Avatar Rendering Costs

With the recent release of the 1.20 release candidate, a new UI look is headed our way, plus support for 3D controllers and scripted glow. But these features pale in comparison to a new and somewhat controversial feature: avatar rendering costs.

If you select Rendering → Info Displays → Avatar Rendering Cost from the Advanced menu in your client (press Ctrl+Alt+D to show the Advanced menu if necessary), numbers will appear over each avatar. These are their rendering costs, which can go from 1 to about 10,000 or 20,000. The lower scores appear green, moderate scores (about 1,000) are yellow, and anything over about 2,000 is red.

I spent a little time experimenting with attachments, and found out some of what makes ARC’s go through the roof (and surprisingly, things that have little or no effect on them).

An avatar by itself, with no attachments, has an ARC of 1. Each avatar attachment (as opposed to HUD attachment) increases the cost by 10. Every individual texture object brings it up by five.

What that means is that if all your attachments have the plywood texture (or any single texture, but textures with alpha channels impose additional costs as mentioned below), the added cost is 5. But if you change a prim to another texture, that’s 5 more points. If you make a prim into a scupltie*, you add another texture (the sculpt texture) to your attachment pool, and another 5 points to your ARC. If you make another prim into a sculptie with the same sculpt texture, it will not increase your ARC.

Texturing features add more complexity to this formula. As far as I know, texture rotation, offsets and scaling have no effect on the ARC. However, glow and shiny add 1 point for every prim they are used on. Bump mapping bumps the ARC up by 4 for each prim it is used on. Planar mapping adds 1 point for every face it is used on. Transparency, whether it is applied through the Transparency spinbox or an alpha texture, adds 4 points per face. Full bright does not affect the ARC.

Each flexiprim adds 8 points to the ARC. Lights do not contribute to the ARC, so a single-sphere facelight will only cost you 19 points (10 for the attachment + 5 for the facelight texture + 4 for transparency).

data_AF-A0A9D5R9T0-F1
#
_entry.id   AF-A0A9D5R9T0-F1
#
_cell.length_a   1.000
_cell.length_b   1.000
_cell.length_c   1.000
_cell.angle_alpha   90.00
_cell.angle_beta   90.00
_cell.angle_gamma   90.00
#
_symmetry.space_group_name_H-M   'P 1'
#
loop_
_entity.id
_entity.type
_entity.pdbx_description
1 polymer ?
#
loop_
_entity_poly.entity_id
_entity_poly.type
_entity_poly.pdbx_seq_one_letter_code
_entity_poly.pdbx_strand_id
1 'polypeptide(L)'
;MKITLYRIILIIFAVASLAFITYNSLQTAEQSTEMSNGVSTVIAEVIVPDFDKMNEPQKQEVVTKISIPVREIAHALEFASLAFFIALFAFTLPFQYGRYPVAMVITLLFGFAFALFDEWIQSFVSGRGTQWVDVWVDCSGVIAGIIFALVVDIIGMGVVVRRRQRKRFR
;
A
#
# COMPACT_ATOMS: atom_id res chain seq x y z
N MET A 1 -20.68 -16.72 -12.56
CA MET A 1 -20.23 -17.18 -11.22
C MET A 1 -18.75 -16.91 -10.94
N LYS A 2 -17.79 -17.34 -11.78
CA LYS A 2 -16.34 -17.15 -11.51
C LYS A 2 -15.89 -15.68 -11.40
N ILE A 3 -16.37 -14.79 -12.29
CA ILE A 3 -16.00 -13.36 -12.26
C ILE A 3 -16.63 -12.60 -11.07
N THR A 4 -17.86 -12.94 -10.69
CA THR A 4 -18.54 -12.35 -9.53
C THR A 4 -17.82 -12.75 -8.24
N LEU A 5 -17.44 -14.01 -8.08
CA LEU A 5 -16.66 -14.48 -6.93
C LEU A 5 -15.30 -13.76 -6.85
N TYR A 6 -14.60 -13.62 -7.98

Every prim that emits particles adds 16 to the ARC, making bling a costly affair. As revealed by Kitty Barnett’s exploration of the viewer source code, prims with any dimension greater than 1 meter add the sum of their dimensions (rounded down) to the ARC. (This exploration also reveals that the ARC is referred to as a “shame” index.)

Tateru Nino has also reported on this, and the comments bring a fair bit of insight into just how high ARC’s can be. The story itself has an anecdote about a single skirt (probably full of flexiprims with alpha textures on each face) that put even a basic avatar well into red country.

So, to sum up, prim counts have little to no effect on avatar rendering costs, but transparent faces, flexiprims, and particle emitters are huge contributors.

Here’s something interesting (my basic avatar has an ARC of 730, but zooming out lowers this for some reason):

Three sixes

*Don’t try this unless you detach the object first. The client will crash if you try to change the shape of an attached prim (VWR-6415 in the Public JIRA).


2 Responses to “Avatar Rendering Costs”

  1. 2008-04-13 at 6:43 am

    Zooming out engages the Level-of-Detail (LoD) algorithms, simplifying some of the visible geometry.

  2. 2008-06-19 at 3:33 am

    Somehow i missed the point. Probably lost in translation 🙂 Anyway … nice blog to visit.

    cheers, Louisianan.

Leave a Reply

Fill in your details below or click an icon to log in:

WordPress.com Logo

You are commenting using your WordPress.com account. Log Out /  Change )

Google+ photo

You are commenting using your Google+ account. Log Out /  Change )

Twitter picture

You are commenting using your Twitter account. Log Out /  Change )

Facebook photo

You are commenting using your Facebook account. Log Out /  Change )


Connecting to %s


These are mainly the observations of an average, normal, run-of-the-mill nutbar in the Second Life® world.

Flickr Photos

RSS lulz

  • An error has occurred; the feed is probably down. Try again later.

%d bloggers like this: